uses HF start to get the arc going. This HF is
virtually the last thing that is injected on to the
torch lead prior to exiting the machine. Therefore
once this high voltage (enough volts to jump several mm)
high frequency waveform is on the torch leads it
is very difficult to protect against it. Hence why
I fitted the resistive divider to the output of
the inverter stage and prior to the HF connection.
BUT, I thought I would have a go at seeing if it could
Here is a simple circuit I am trying.
Thanks to Asaf Raz for bringing it to my attention I
originally had nH instead of uH for the four coils, the
above is now corrected.
Again sorry for the diagram, but I do not have any
proper design software, so gets done in my head and then
what ever program I can draw it with.
Looking at the circuit you will notice it is very
similar to the original resistive divider, plus the
addition of 4 coils and two caps.
The extra coils are larger then used before and can take
a current of a few amps for a few seconds, the 10nF caps
are around 3000 Volts working and the 2.2 caps around
400 to 1000 Volts working, if all is OK they should only
have a low voltage on them.
The input should in my mind stop the high voltage HF
waveform from getting to the resistor divider with it
all being across the 4 coils.
A point on why I used these coils, it was not for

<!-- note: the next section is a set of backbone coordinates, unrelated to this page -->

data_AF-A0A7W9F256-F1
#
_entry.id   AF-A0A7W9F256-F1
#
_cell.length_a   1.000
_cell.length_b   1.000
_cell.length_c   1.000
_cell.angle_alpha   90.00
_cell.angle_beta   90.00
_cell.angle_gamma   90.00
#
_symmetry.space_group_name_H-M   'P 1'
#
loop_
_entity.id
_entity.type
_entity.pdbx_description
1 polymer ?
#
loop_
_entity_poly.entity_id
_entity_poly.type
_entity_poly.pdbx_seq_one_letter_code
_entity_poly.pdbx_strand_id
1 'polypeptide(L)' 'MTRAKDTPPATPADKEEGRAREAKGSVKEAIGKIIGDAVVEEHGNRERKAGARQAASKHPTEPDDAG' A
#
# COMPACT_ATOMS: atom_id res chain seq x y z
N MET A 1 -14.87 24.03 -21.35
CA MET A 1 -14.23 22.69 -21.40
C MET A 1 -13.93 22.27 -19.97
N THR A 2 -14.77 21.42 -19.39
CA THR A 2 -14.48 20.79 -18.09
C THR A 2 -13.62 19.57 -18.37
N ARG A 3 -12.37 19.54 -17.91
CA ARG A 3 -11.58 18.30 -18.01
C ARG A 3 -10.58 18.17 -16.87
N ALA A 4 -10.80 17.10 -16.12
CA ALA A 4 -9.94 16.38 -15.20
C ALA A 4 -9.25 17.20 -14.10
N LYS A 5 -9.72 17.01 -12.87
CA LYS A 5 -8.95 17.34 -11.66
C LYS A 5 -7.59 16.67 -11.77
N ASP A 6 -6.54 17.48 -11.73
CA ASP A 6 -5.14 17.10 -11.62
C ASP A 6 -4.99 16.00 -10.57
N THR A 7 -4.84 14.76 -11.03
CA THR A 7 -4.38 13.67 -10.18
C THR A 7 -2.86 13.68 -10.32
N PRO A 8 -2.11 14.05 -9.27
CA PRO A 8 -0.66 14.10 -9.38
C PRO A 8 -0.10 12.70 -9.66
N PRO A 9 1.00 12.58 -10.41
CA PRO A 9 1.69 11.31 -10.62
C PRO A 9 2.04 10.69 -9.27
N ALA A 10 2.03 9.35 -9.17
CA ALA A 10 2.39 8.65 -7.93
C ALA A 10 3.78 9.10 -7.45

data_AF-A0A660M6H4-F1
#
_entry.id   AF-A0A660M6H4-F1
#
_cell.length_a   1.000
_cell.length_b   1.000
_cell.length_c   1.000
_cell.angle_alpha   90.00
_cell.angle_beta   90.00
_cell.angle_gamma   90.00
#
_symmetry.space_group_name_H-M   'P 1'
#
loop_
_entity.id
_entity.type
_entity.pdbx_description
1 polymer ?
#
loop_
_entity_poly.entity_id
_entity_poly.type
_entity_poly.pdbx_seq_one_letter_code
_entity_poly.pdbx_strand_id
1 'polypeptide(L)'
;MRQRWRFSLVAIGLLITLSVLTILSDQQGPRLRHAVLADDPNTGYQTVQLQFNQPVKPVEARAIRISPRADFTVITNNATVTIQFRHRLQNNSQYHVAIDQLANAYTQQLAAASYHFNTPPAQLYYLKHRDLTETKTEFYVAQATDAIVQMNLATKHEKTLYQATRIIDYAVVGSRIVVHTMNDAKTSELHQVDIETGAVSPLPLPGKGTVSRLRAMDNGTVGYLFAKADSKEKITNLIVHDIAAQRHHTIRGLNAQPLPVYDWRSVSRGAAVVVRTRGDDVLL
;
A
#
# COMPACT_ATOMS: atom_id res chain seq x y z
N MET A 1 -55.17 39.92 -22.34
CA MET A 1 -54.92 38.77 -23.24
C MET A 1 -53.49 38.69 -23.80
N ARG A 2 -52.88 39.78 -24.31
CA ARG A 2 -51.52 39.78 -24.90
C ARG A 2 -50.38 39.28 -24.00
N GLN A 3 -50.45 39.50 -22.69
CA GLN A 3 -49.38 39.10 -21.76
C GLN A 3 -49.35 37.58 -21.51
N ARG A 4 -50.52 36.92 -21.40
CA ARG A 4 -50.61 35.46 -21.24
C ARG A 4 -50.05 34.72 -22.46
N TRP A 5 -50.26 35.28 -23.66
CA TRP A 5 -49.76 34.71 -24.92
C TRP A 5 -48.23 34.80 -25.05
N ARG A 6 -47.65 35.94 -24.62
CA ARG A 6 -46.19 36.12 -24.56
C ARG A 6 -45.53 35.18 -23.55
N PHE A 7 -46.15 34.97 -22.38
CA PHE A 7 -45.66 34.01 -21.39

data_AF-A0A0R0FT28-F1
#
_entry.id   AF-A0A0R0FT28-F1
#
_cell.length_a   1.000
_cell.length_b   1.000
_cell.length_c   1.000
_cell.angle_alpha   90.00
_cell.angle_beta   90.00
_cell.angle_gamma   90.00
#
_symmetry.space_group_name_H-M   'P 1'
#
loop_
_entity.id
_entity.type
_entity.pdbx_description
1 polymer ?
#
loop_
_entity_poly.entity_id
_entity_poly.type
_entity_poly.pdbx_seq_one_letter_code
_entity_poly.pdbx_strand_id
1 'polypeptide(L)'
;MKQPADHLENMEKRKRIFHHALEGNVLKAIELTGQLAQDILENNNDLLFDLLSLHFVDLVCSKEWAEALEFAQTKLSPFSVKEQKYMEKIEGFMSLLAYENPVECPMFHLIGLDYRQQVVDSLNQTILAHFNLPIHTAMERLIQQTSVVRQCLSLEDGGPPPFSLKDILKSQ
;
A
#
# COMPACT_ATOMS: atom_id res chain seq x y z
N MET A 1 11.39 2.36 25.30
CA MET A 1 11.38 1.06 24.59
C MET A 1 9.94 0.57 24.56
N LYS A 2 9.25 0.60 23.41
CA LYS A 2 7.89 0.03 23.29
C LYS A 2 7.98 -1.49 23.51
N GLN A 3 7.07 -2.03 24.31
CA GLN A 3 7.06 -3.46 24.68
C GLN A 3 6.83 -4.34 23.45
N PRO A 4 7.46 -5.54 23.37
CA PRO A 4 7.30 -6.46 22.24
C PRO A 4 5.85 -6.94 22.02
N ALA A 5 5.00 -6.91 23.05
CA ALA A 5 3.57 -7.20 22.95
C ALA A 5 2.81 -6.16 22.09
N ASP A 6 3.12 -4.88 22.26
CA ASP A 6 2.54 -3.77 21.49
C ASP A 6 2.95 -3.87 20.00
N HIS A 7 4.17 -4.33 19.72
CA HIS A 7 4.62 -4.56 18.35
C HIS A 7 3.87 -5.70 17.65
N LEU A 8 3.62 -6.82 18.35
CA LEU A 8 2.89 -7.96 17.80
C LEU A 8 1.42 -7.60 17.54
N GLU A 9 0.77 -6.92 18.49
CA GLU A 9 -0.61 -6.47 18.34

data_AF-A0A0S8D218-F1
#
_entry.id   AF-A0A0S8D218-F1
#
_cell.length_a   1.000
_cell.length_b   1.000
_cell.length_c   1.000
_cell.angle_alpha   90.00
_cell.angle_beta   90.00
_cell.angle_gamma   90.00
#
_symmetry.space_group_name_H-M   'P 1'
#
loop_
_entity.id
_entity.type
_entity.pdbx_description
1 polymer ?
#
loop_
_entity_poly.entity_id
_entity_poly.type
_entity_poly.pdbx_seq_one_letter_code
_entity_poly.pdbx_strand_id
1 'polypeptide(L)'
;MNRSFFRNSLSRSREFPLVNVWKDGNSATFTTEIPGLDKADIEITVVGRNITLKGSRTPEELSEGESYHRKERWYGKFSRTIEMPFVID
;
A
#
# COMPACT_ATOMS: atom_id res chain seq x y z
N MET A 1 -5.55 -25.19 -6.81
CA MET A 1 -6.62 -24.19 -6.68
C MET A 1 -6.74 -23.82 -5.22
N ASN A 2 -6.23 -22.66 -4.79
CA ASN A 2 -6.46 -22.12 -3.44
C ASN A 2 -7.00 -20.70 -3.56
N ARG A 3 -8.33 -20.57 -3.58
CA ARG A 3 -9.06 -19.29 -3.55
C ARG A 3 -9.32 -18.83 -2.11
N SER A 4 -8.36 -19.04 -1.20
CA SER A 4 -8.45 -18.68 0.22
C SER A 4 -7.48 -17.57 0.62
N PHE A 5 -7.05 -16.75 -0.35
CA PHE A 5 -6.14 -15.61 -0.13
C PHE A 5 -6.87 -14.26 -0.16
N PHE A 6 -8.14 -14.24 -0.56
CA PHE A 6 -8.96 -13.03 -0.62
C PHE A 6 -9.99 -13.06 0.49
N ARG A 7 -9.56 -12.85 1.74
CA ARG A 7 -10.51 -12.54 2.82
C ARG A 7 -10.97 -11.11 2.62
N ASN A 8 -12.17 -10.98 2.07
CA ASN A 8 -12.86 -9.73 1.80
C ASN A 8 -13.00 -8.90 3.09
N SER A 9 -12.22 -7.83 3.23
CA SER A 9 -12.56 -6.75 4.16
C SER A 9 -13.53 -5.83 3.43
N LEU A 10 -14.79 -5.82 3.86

current carrying capacity, but simply because of the pin
spacing. I did not want any possibility of the HF
start jumping across them.
The HF start has very little current, probably in the
region of 0.1 to 1 mA and the only current the divider
really needs to deal with is when there is a cutting
Say: Open circuit voltage is 300 Volts, 30 K Ohm
so the current is 10 mA. When cutting and the
current drops to 100 Volts we are talking around 3.3 mA.
In theory if you can insulate the terminals enough you
could use the same type of coils as I use on the output
and could go to 1 mH, 2.2 mH etc. coils.
Here is the board
The board has been sprayed with
lacquer, this done in the hope to stop arcing across
tracks on the board, time will tell. The wires
will be, Red to work clamp connector, White to
plasma connector and the brown to the Chassis of the
Plasma cutter, probably under one of the screws.
Here are two videos that go with the above
Not everything goes to plan! I thought I would
pick up an old plasma cutter, parts or repair, same
type if possible from Ebay that I could get going
and press into service as a spare unit, for the just
in case times.
Well I managed to win a Cobel Cut 40 for £10, listed
as intermittent, it cost a little bit more for the
postage to my place but still reasonable
price. I found a few dry joints, replaced the
relays on the lower board and adjusted the spark gap
and generally cleaned it up. Fitted my
original hand torch and clamp and it worked.
Then it was a case of fitting the internal Resistive
divider and seeing if i could get it to work
as a CNC replacement.
So the last thing was to try again and then go back
to my original Cut 40 to make sure all was still OK.
It could probably work if I got around to using all
different THC settings but for now, I have a hand
End of February 2018 and another modification to the
THC unit. I have added a couple of metering
points for the divided incoming arc volts, this
allows me to monitor the voltages with a digital
voltmeter. I am also trying to cut 8 mm steel
for the first time!